The goal of the local emergency management program is to save lives, prevent property damage, and minimize damage to the environment. As Oceana County is vulnerable to a wide range of natural, technological, and human-related hazards, one of the first steps of building an effective emergency management program is to develop an understanding of those threats. This can be accomplished through the development of a Hazard Analysis. Once complete, a Mitigation Plan can be developed to identify the community’s long-term strategy to reduce disaster damages to lives, property, and the economy from future disasters.
Purpose of the Hazard Analysis
A hazard analysis provides an understanding of the potential threats facing the community. By pinpointing the location, extent and magnitude of past disasters or emergency situations, and by examining knowledge of new or emerging risks, it is possible to determine the probability of such events occurring and the vulnerability of people and property. Coupled with relevant land use, economic and demographic information from a well prepared “community profile,” Emergency Management Directors/Coordinators can make assumptions about those segments of the community that might be impacted by various types of incidents. This, in turn, allows them to set priorities and goals for resource allocation and response, recovery and mitigation activities prior to an incident occurring. Collectively, these decisions are the cornerstone of the community’s emergency management program and should guide all decisions pertaining to community emergency management activities.
Purpose of Hazard Mitigation
Hazard mitigation is any action taken before, during, or after a disaster to permanently eliminate or reduce the long-term risk to human life and property from natural, technological, and man-made hazards. The purpose of mitigation planning is to identify policies and actions that can be implemented over the long term to reduce risk and future losses. Mitigation Plans form the foundation for a community’s long-term strategy to reduce disaster losses and break the cycle of disaster damage, reconstruction, and repeated damage. The planning process is as important as the plan itself. It creates a framework for risk-based decision making to reduce damages to lives, property, and the economy from future disasters.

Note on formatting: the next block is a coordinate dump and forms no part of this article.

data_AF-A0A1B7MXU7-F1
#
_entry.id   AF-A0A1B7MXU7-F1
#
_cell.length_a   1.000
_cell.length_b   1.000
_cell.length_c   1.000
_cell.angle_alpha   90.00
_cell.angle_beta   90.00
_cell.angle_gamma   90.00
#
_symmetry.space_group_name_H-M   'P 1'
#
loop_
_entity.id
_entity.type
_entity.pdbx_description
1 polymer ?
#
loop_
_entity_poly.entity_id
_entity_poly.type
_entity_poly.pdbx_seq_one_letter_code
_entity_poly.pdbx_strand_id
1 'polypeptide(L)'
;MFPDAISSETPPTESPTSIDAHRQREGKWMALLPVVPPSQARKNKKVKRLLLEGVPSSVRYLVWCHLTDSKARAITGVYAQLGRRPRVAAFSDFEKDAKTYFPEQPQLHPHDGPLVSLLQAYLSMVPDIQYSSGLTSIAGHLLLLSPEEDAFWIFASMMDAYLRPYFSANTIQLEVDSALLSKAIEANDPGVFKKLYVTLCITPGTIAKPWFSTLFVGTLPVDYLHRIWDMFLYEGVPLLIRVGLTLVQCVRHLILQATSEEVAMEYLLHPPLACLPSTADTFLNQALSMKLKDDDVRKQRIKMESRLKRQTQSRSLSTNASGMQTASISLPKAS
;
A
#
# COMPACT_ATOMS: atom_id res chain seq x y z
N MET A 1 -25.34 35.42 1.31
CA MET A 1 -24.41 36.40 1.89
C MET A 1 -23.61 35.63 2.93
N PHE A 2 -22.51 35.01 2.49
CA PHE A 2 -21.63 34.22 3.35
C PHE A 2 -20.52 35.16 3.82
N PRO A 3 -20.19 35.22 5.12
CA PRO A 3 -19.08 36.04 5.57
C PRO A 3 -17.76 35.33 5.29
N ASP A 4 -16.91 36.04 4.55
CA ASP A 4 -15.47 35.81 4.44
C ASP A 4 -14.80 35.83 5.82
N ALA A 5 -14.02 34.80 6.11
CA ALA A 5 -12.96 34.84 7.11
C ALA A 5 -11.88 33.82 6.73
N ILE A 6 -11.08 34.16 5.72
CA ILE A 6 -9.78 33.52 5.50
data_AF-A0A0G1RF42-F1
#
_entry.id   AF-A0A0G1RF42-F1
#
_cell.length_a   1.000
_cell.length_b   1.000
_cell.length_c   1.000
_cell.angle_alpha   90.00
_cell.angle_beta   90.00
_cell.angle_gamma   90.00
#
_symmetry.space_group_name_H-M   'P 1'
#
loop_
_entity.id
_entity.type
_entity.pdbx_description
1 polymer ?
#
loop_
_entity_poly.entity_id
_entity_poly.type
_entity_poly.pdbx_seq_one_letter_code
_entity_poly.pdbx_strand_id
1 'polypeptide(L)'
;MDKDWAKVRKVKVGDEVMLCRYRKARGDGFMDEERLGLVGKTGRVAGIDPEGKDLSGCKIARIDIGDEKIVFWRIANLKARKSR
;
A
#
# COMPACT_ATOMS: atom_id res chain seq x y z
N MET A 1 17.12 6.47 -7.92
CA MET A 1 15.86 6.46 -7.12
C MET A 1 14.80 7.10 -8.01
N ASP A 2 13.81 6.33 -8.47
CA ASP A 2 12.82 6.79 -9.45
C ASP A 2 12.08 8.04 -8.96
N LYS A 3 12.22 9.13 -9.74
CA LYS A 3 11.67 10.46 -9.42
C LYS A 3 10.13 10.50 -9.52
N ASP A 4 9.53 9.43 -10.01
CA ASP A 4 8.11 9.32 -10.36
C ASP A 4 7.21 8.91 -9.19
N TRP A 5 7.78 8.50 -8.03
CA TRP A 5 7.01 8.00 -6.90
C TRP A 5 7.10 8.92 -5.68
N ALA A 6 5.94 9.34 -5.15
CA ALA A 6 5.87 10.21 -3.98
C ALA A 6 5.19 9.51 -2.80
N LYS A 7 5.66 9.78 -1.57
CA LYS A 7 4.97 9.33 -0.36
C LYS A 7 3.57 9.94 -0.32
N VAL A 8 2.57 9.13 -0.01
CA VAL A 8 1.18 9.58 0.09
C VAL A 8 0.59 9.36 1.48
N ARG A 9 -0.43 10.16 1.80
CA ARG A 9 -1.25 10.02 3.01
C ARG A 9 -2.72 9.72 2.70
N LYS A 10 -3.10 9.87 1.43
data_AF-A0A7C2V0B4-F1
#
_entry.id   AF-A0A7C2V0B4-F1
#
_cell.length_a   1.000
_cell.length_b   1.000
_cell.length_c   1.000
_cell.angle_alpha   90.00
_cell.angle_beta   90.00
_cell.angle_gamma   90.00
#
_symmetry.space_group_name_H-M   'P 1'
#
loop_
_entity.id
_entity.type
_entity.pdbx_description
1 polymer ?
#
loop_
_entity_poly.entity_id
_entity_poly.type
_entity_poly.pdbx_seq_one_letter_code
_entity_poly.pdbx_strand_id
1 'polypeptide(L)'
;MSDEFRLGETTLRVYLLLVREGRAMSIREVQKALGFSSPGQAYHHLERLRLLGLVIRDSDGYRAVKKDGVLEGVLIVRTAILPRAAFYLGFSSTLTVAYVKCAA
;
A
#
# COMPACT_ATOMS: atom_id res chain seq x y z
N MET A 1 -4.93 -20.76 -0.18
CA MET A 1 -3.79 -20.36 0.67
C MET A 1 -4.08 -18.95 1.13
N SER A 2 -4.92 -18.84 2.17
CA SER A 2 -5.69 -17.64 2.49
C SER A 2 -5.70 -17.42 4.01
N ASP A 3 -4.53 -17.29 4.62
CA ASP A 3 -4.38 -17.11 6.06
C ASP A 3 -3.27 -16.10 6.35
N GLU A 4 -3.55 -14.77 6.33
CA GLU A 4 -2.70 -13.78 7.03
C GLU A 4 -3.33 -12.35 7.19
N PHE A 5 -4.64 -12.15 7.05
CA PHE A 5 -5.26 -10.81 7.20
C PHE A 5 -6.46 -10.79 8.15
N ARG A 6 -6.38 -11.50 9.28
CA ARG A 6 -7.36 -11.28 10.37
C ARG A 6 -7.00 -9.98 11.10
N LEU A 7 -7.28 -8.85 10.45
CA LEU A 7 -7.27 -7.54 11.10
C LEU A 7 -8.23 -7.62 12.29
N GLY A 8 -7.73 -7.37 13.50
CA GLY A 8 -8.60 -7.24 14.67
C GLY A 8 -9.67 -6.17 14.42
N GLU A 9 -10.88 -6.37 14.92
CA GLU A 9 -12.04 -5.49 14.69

Local governments benefit from mitigation planning by:
- Identifying cost-effective actions for risk reduction that are agreed upon by stakeholders and the public
- Focusing resources on the greatest risks and vulnerabilities
- Building partnerships by involving people, organizations, and businesses
- Increasing education and awareness of hazards and risk
- Communicating priorities to state and federal officials
- Aligning risk reduction with other community objectives
Hazard Mitigation Assistance
State, Indian Tribal, and local governments are required to develop a hazard mitigation plan as a condition for receiving certain types of non-emergency disaster assistance. Please visit the Hazard Mitigation Assistance page at https://www.fema.gov/hazard-mitigation-assistance for more information on the specific plan requirements for the various mitigation grant programs, as well as FEMA funds available for mitigation plan development and mitigation projects.
Oceana County’s Hazard Management Plan
Oceana County’s Hazard Management Plan combines the Oceana County Hazard Analysis with the Oceana County Hazard Mitigation Plan. The document was originally developed in 2014 by West Michigan Shoreline Regional Development under the direction of the Oceana County Emergency Management Department and in conjunction with representatives from the State of Michigan, local governments, involved public safety agencies, affected businesses, and interested members of the public.
If you have any questions or comments in relation to the Community Profile or Hazard Analysis, please contact the Oceana County Emergency Management Department.